Challenges in Assessing Student Reflection

Reflection is an increasingly common teaching and learning method. Especially in our current context of increased active learning methods and increased remote and distance learning, instructors are turning to reflection as a way to make the learning process visible and see evidence of student effort and progress.

Yet, the challenge of how to assess student learning looms large. Do we grade reflection? If so, how much and based on what standards? Do we use rubrics or simply grade for completion? If we don’t grade reflection, will the students do it? These and other questions will be explored in future blog posts. However, it will be helpful to first to tease out the issues and problems that exist, so that we can implement strategies and techniques more purposefully.

What are the main challenges of assessing reflection?

  • Reflection is a personal process with a need for vulnerability – When using reflection, we are looking for students to expose their beliefs and share aspects of themselves that may be very personal in nature. We ask students to disclose a change in their thinking or a shift of their perspective, yet are we equipped to judge when deep transformational thinking has actually occurred? There is certainly an amount of subjectivity that causes a challenge when trying to assess reflection.
  • Reflection relies on students trust in the process – When asking students to share and be vulnerable, we need to consider how much they trust the process. One one hand, we need to think about ourselves as instructors, our positionality, and how our identity connects or doesn’t connect with all of our students. Are they comfortable sharing certain things with us? Are we giving them the sense of confidentiality? Does our feedback make students feel that they are being pushed in their thinking, or that they are being judged? If reflection is tied to a grade, does that automatically reduce the trust of the process? It’s a it’s a tricky balance.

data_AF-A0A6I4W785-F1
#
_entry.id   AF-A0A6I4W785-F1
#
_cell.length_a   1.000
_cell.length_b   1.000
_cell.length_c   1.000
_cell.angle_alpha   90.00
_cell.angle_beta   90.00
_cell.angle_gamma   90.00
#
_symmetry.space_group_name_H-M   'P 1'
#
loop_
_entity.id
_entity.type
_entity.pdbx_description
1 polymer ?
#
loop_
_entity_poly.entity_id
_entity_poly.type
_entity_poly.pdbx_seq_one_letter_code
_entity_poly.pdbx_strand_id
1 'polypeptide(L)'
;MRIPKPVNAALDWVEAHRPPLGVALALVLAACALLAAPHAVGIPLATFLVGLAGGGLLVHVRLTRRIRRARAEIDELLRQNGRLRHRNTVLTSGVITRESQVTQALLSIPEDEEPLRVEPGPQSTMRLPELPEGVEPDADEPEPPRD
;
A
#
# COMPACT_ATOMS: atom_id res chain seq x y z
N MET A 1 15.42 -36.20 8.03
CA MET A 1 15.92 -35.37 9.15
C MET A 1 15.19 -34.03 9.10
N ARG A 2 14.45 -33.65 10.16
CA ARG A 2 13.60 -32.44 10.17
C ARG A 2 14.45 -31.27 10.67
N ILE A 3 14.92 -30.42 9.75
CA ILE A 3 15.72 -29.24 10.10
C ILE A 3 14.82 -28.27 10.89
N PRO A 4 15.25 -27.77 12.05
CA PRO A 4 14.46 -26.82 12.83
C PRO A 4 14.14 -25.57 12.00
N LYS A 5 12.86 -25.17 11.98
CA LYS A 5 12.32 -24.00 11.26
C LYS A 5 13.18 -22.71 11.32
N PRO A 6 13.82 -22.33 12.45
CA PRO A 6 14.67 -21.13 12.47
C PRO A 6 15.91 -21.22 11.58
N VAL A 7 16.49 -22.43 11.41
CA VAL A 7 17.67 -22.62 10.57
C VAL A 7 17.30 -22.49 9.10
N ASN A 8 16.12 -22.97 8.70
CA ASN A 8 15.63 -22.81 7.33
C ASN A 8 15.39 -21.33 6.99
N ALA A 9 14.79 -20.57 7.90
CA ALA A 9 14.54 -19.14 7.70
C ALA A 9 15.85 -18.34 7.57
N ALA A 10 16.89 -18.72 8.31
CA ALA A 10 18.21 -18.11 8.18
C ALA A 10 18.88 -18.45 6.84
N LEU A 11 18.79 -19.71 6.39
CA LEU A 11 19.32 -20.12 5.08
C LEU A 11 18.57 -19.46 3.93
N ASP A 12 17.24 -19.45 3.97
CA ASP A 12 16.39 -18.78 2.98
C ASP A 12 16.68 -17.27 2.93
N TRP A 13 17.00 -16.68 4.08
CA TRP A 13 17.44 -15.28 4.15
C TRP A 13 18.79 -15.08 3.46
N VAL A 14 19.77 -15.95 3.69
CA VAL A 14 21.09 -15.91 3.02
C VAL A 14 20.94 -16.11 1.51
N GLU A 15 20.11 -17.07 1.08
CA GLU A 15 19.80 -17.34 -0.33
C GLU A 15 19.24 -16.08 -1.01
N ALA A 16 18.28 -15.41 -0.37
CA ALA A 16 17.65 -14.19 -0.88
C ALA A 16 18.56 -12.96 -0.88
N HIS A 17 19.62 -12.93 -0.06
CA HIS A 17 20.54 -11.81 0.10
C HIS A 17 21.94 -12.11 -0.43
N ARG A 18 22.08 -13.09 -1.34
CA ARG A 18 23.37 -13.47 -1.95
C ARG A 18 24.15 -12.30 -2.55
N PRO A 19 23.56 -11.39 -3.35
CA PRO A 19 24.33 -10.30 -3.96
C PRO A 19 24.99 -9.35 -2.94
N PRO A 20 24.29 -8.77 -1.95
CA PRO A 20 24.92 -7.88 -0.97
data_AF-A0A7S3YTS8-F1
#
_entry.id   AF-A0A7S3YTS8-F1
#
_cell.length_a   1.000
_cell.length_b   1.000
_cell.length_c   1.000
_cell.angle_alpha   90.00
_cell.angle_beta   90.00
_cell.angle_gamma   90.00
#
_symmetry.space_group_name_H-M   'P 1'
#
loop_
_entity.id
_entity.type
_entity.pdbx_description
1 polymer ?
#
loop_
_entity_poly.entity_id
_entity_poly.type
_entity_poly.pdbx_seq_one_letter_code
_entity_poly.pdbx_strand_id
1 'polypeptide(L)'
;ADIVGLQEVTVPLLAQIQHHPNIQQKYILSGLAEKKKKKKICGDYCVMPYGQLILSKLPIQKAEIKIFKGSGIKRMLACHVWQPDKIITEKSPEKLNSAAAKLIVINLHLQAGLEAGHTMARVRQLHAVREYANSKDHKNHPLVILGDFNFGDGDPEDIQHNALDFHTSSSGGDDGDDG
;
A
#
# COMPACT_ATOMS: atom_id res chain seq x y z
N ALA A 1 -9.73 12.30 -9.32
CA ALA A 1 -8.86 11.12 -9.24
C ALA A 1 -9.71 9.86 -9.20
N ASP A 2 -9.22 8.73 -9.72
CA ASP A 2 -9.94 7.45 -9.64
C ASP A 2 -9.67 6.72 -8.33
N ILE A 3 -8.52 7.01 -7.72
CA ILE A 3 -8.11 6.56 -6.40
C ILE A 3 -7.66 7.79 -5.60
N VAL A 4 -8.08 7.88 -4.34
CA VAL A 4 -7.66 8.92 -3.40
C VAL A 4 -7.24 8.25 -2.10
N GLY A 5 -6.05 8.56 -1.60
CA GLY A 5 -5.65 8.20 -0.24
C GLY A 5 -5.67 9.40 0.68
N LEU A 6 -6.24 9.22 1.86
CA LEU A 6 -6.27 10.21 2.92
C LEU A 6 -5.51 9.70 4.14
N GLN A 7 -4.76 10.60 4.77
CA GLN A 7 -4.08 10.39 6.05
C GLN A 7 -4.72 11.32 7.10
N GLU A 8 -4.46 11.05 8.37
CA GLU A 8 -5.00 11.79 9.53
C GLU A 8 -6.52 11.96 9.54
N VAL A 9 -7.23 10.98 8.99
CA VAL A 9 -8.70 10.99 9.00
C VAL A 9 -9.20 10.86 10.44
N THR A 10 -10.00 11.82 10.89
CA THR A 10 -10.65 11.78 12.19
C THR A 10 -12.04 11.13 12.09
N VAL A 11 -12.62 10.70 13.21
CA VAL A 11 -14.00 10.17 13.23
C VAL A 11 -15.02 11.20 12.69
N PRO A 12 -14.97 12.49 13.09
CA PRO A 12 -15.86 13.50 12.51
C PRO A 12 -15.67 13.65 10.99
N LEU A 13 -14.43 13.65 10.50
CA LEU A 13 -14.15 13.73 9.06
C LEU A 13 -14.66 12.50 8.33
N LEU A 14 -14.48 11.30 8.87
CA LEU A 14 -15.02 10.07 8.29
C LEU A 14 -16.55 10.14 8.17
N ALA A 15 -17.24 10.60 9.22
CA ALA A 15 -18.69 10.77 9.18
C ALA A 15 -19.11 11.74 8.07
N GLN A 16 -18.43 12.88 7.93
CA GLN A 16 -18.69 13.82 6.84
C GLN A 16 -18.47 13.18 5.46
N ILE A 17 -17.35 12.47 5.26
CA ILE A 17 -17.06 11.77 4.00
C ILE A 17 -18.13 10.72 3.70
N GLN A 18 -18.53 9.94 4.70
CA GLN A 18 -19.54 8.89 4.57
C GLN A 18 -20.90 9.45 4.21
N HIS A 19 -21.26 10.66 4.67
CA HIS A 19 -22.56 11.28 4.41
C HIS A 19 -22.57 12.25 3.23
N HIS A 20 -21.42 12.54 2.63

• Reflection can mean different types of thinking with different goals – There is no one right way to reflect so there is a variety in the type of learning we are often aiming for when using reflection as a teaching method. Instructors can have different definitions and goals for reflection. Students take part in many classes where they may be asked to “reflect” in many different ways and for various purposes. If we as instructors take the approach of, “I’ll know it when I see it” that causes a challenge not only for our students but also in assessing reflection effectively.

If reflection is tied to a grade, does that automatically reduce the trust of the process?

  • Reflection can vary in structure and format – Like many instructors, I give students options in how they submit ongoing reflective assignments. Students can respond to prompts in a written format, create a short video or audio recording, or even create a drawing or other creative alternative. This variety in how students represent their thinking provides differentiation and supports inclusive practices, yet causes challenges when creating comparative standards.
  • Reflection is typically associated with formative assessment methods – Reflection is really about a process. It’s often associated with formative assessment methods in that we want students to be learning in the moment from what they are doing, or taking stock recently after a learning experience in which they are engaging. We want to focus on the process more so than the eventual product, but often feel we have to tie an accountability measure to the act of reflecting if we want students to do it.
  • Reflection is a long-term process with delayed benefits – Finally, many of the outcomes of reflection are considered to be long-term benefits. We want students to reflect so that they can shift the way they think about very deep concepts and experience transformational change. We can’t always expect that to happen in a semester, let alone a few weeks. Often we’re looking at changes they can expect throughout their college career or throughout their lives, difficult to “grade” in the moment.

These challenges do not give us the answers, but they can help us be clear about what issues we face. By first exploring the root of the issue, we can hopefully come up with more intentional methods to address them.

What challenges about assessing student reflection are missing from this list? Please reach out and share your ideas with me.

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